[4]  Aboba, B., Beadles, M., Arkko, J., and P. Eronen, "The Network
        Access Identifier", RFC 4282, December 2005.

   [5]  Schiller, J., "Cryptographic Algorithms for Use in the Internet
        Key Exchange Version 2 (IKEv2)", RFC 4307, December 2005.

14.2.  Informative References

   [6]  Aboba, B. and D. Simon, "PPP EAP TLS Authentication Protocol",
        RFC 2716, October 1999.

   [7]  Aboba, B., "Extensible Authentication Protocol (EAP) Key
        Management Framework", Work in Progress, February 2007.

   [8]  Funk, P. and S. Blake-Wilson, "EAP Tunneled TLS Authentication
        Protocol (EAP-TTLS)", Work in Progress, July 2004.

Appendix A.  EAP-IKEv2 Protocol Runs with Failed Authentication

   This appendix illustrates how authentication failures are handled
   within EAP-IKEv2.  Note that authentication failures only occur in
   full EAP-IKEv2 protocol runs.

   Figure 10 shows the message flow in case the EAP peer fails to
   authenticate the EAP server.

   1. R<-I: EAP-Request/Identity

   2. R->I: EAP-Response/Identity(Id)

   3. R<-I: EAP-Req (HDR, SAi1, KEi, Ni)

   4. R->I: EAP-Res (HDR, SAr1, KEr, Nr, [CERTREQ], [SK{IDr}])

   5. R<-I: EAP-Req (HDR, SK {IDi, [CERT], [CERTREQ], [IDr], AUTH})

   6. R->I: EAP-Res(HDR, SK {N(AUTHENTICATION_FAILED)})

   7. R<-I: EAP-Failure

          Figure 10: EAP-IKEv2 with Failed Server Authentication

   The difference in the full successful exchange described in Section 3
   is that, in message 6, the EAP peer MUST answer the EAP server with
   an Encrypted payload that contains a Notify payload with the Notify
   Message Type value set to 24 (AUTHENTICATION_FAILED).  In that
   message, the Message ID field in the EAP-IKEv2 header (HDR) MUST
   carry Message ID value 2.  In message 7, an EAP-Failure message MUST
   be returned by the EAP server.

   Figure 11 shows the message flow in case the EAP server fails to
   authenticate the EAP peer.

   1. R<-I: EAP-Request/Identity

   2. R->I: EAP-Response/Identity(Id)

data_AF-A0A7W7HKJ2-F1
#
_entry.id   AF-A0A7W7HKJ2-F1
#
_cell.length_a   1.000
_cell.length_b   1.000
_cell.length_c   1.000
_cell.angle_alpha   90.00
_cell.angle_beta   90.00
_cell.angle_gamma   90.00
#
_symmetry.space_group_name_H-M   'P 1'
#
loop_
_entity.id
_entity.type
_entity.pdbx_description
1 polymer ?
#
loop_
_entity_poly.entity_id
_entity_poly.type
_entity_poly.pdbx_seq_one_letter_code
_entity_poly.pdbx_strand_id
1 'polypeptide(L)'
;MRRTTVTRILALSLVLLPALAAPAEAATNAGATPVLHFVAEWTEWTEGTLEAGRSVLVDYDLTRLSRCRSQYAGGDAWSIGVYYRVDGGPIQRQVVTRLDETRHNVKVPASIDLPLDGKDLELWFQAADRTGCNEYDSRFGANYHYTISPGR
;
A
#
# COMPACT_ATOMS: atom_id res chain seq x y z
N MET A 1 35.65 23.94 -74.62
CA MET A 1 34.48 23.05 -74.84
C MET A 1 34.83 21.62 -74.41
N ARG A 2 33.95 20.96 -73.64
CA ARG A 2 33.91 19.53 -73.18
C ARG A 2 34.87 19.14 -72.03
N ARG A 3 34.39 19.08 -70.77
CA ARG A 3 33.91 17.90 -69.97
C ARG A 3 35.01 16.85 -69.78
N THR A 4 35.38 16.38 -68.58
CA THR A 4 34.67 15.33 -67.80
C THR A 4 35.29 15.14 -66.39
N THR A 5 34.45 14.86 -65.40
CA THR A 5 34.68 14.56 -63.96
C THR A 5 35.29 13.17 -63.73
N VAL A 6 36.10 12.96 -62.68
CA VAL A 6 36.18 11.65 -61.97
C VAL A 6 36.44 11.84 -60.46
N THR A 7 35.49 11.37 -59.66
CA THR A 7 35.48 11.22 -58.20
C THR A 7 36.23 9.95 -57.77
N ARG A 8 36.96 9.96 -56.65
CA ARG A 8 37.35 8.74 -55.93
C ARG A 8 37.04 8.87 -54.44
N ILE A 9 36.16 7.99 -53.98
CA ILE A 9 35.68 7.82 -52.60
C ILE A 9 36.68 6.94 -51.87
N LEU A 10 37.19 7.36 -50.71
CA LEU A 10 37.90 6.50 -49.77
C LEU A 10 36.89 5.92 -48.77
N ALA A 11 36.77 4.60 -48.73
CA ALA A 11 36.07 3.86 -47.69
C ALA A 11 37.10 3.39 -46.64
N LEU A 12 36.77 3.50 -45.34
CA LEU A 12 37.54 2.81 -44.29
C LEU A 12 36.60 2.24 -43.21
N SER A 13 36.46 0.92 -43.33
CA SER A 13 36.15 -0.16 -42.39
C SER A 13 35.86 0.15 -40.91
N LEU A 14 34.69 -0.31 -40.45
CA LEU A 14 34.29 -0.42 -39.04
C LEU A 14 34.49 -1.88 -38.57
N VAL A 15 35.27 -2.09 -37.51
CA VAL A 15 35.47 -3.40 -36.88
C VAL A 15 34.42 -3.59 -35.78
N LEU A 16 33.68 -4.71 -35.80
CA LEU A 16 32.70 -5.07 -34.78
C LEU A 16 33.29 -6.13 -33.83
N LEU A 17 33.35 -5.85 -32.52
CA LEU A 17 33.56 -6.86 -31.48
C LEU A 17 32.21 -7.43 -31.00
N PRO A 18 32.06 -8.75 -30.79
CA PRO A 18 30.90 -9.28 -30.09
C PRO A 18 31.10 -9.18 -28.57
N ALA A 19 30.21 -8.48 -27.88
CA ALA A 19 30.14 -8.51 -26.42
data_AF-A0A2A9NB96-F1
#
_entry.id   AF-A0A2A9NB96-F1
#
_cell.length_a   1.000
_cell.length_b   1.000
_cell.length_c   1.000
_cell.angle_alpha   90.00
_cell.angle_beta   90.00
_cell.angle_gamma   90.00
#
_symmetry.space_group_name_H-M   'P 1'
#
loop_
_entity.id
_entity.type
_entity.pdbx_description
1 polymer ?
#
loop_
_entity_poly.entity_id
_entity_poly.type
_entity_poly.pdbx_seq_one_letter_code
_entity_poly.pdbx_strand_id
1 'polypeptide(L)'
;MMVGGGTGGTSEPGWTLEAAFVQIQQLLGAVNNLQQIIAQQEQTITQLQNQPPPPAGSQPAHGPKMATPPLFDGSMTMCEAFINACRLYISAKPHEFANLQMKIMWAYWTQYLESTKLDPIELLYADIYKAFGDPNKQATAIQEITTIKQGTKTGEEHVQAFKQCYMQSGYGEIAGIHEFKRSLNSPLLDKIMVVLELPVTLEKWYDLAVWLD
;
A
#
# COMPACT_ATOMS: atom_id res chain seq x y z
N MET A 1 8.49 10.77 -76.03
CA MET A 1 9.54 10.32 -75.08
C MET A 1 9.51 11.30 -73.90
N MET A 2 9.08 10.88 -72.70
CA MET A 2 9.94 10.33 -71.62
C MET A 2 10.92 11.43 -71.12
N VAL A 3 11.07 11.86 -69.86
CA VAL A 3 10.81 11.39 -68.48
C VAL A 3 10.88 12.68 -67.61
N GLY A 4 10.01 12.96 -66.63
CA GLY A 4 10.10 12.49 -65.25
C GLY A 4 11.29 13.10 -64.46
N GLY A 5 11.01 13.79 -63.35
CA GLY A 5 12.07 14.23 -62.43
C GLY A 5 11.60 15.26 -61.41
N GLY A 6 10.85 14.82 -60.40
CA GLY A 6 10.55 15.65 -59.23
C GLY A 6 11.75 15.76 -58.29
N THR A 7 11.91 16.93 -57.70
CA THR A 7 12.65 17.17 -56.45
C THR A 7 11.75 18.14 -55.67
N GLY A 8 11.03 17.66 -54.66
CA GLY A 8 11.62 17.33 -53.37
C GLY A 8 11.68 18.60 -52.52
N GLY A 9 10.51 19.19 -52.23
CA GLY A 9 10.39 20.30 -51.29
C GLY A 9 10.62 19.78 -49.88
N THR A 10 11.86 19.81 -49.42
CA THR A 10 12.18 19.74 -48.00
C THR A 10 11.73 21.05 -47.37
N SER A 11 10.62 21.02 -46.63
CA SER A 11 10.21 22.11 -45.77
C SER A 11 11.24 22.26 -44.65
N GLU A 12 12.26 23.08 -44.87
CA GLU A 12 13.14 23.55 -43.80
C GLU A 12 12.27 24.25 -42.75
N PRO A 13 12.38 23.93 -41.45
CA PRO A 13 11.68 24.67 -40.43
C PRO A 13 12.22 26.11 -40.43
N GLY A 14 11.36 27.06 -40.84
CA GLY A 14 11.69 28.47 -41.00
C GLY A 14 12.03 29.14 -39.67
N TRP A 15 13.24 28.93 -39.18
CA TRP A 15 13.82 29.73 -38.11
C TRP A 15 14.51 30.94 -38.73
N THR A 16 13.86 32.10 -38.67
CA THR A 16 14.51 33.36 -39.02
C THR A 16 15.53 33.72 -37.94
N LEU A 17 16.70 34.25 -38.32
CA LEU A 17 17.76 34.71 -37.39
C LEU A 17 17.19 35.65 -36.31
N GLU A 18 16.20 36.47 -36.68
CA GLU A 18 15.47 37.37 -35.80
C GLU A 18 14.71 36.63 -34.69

3. R<-I: EAP-Req (HDR, SAi1, KEi, Ni)

   4. R->I: EAP-Res (HDR, SAr1, KEr, Nr, [CERTREQ], [SK{IDr}])

   5. R<-I: EAP-Req (HDR, SK {IDi, [CERT], [CERTREQ], AUTH})

   6. R->I: EAP-Res (HDR, SK {IDr, [CERT], AUTH})

   7. R<-I: EAP-Req (HDR, SK {N(AUTHENTICATION_FAILED)})

   8. R->I: EAP-Res (HDR, SK {})

   9. R<-I: EAP-Failure

           Figure 11: EAP-IKEv2 with Failed Peer Authentication

   Compared to the full successful exchange, one additional roundtrip is
   required.  In message 7, the EAP server MUST send an EAP request with
   Encrypted payload that contains a Notify payload with the Notify
   Message Type value set to 24 (AUTHENTICATION_FAILED), instead of
   sending an EAP-Success message.  The EAP peer, upon receiving message
   7, MUST send an empty EAP-IKEv2 (informational) message in reply to
   the EAP server's error indication, as shown in message 8.  In
   messages 7 and 8, the Message ID field in the EAP-IKEv2 header (HDR)
   MUST carry Message ID value 2.  Finally, by means of message 9, the
   EAP server answers with an EAP-Failure.

Authors' Addresses

   Hannes Tschofenig
   Nokia Siemens Networks
   Otto-Hahn-Ring 6
   Munich, Bavaria  81739
   Germany

   EMail: Hannes.Tschofenig@nsn.com
   URI:   http://www.tschofenig.com

   Dirk Kroeselberg
   Nokia Siemens Networks
   Otto-Hahn-Ring 6
   Munich, Bavaria  81739
   Germany

   EMail: Dirk.Kroeselberg@nsn.com

   Andreas Pashalidis
   NEC
   Kurfuersten-Anlage 36
   Heidelberg  69115
   Germany

   EMail: pashalidis@nw.neclab.eu

   Yoshihiro Ohba
   Toshiba America Research, Inc.
   1 Telcordia Drive
   Piscataway, NJ  08854
   USA

   EMail: yohba@tari.toshiba.com

   Florent Bersani
   France Telecom R&D
   38, rue du General Leclerc
   Issy-Les-Moulineaux, Cedex  92794
   France

   EMail: florent.ftrd@gmail.com